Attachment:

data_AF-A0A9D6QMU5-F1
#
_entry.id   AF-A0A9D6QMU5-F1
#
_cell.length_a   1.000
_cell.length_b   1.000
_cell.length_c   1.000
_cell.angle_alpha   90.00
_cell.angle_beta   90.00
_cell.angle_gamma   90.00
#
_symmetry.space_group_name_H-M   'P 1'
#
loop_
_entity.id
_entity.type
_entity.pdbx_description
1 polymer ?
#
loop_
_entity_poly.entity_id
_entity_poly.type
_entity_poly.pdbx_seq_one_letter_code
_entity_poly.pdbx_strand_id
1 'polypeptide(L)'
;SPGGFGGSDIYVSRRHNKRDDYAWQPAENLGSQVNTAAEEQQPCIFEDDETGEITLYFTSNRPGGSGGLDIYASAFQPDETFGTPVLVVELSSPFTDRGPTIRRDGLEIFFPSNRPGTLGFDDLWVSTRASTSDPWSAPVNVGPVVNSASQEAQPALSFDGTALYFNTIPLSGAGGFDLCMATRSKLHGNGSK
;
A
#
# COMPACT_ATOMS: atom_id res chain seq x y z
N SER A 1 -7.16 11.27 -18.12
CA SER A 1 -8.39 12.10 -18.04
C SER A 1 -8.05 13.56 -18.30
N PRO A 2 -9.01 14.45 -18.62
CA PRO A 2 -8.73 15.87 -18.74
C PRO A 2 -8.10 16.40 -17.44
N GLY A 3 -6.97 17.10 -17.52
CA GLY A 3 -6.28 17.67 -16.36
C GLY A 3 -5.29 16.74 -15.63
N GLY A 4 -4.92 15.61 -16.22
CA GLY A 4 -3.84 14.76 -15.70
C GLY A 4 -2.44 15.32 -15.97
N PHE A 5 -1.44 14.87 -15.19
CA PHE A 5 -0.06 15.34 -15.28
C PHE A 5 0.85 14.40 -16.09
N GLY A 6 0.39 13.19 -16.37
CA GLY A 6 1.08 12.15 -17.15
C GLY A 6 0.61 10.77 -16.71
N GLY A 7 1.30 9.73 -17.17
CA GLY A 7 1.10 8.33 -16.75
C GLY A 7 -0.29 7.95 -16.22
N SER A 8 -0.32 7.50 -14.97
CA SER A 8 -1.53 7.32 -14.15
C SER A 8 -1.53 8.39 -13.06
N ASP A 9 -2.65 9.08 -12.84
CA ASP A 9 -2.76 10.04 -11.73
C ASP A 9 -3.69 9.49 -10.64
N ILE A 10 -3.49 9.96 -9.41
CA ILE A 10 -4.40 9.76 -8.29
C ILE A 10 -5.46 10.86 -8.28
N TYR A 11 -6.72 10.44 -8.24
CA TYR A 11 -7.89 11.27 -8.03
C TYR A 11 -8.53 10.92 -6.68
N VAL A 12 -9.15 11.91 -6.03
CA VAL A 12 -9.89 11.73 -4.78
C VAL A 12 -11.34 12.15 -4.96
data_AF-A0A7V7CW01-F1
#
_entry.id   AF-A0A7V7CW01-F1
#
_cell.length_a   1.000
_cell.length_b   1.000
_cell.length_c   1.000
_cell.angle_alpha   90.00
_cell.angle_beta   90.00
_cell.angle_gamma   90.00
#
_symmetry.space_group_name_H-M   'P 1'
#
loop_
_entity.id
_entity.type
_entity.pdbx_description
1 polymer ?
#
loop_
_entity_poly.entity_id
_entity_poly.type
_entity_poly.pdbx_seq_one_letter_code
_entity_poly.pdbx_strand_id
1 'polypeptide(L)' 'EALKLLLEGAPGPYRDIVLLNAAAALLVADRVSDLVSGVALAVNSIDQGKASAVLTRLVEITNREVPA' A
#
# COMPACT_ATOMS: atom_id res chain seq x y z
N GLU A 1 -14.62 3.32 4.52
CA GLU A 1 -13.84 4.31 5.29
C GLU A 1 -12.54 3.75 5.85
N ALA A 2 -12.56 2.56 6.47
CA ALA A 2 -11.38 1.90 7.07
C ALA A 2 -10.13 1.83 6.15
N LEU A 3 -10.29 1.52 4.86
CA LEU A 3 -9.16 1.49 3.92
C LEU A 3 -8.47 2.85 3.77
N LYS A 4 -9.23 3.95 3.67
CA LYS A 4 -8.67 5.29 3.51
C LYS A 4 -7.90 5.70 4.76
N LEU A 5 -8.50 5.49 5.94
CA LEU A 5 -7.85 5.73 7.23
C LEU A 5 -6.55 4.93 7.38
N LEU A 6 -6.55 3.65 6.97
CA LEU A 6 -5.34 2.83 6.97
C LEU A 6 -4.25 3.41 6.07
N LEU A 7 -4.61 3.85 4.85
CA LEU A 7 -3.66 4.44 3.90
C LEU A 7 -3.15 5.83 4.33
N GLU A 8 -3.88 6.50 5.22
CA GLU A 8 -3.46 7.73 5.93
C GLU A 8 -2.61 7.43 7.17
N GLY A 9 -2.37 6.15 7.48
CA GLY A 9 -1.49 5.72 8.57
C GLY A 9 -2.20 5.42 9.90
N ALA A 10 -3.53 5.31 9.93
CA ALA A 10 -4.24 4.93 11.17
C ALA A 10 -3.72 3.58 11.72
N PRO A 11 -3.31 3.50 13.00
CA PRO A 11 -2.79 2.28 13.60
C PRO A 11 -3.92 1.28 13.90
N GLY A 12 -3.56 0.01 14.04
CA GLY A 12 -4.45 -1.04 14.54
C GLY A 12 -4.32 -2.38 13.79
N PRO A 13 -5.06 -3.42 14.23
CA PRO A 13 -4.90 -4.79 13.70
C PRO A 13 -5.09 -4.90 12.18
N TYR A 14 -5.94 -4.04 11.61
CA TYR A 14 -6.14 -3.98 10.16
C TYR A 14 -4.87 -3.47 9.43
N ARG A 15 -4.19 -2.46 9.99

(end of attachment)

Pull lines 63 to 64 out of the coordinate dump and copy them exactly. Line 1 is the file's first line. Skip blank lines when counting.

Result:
C TYR A 11 -8.53 10.92 -6.68
N VAL A 12 -9.15 11.91 -6.03